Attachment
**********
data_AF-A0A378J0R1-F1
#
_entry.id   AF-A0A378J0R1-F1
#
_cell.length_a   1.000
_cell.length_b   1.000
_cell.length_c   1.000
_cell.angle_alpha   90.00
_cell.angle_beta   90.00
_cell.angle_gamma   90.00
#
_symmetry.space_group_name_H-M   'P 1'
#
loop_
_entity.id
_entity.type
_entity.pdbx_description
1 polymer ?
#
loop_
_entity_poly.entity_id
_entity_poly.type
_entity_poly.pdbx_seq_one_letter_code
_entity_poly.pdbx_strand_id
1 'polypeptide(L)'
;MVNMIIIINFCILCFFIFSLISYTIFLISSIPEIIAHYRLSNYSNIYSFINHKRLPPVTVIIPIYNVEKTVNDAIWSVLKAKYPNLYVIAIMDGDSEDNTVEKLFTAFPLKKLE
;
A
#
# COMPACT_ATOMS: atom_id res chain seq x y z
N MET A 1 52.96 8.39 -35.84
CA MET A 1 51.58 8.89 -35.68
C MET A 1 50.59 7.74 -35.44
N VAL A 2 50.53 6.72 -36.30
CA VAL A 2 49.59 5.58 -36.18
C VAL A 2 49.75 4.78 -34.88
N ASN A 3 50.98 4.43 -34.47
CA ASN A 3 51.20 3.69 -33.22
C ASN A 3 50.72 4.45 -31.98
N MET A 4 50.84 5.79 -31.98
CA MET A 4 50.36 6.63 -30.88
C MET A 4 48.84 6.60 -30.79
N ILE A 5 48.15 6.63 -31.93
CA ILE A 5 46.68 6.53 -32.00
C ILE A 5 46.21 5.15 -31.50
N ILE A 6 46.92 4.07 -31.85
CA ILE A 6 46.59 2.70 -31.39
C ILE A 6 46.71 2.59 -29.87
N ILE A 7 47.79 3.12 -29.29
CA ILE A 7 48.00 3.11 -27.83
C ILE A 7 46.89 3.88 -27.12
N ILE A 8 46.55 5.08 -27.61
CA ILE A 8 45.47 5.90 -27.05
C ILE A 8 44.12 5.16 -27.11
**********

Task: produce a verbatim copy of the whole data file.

data_AF-A0A378J0R1-F1
#
_entry.id   AF-A0A378J0R1-F1
#
_cell.length_a   1.000
_cell.length_b   1.000
_cell.length_c   1.000
_cell.angle_alpha   90.00
_cell.angle_beta   90.00
_cell.angle_gamma   90.00
#
_symmetry.space_group_name_H-M   'P 1'
#
loop_
_entity.id
_entity.type
_entity.pdbx_description
1 polymer ?
#
loop_
_entity_poly.entity_id
_entity_poly.type
_entity_poly.pdbx_seq_one_letter_code
_entity_poly.pdbx_strand_id
1 'polypeptide(L)'
;MVNMIIIINFCILCFFIFSLISYTIFLISSIPEIIAHYRLSNYSNIYSFINHKRLPPVTVIIPIYNVEKTVNDAIWSVLKAKYPNLYVIAIMDGDSEDNTVEKLFTAFPLKKLE
;
A
#
# COMPACT_ATOMS: atom_id res chain seq x y z
N MET A 1 52.96 8.39 -35.84
CA MET A 1 51.58 8.89 -35.68
C MET A 1 50.59 7.74 -35.44
N VAL A 2 50.53 6.72 -36.30
CA VAL A 2 49.59 5.58 -36.18
C VAL A 2 49.75 4.78 -34.88
N ASN A 3 50.98 4.43 -34.47
CA ASN A 3 51.20 3.69 -33.22
C ASN A 3 50.72 4.45 -31.98
N MET A 4 50.84 5.79 -31.98
CA MET A 4 50.36 6.63 -30.88
C MET A 4 48.84 6.60 -30.79
N ILE A 5 48.15 6.63 -31.93
CA ILE A 5 46.68 6.53 -32.00
C ILE A 5 46.21 5.15 -31.50
N ILE A 6 46.92 4.07 -31.85
CA ILE A 6 46.59 2.70 -31.39
C ILE A 6 46.71 2.59 -29.87
N ILE A 7 47.79 3.12 -29.29
CA ILE A 7 48.00 3.11 -27.83
C ILE A 7 46.89 3.88 -27.12
N ILE A 8 46.55 5.08 -27.61
CA ILE A 8 45.47 5.90 -27.05
C ILE A 8 44.12 5.16 -27.11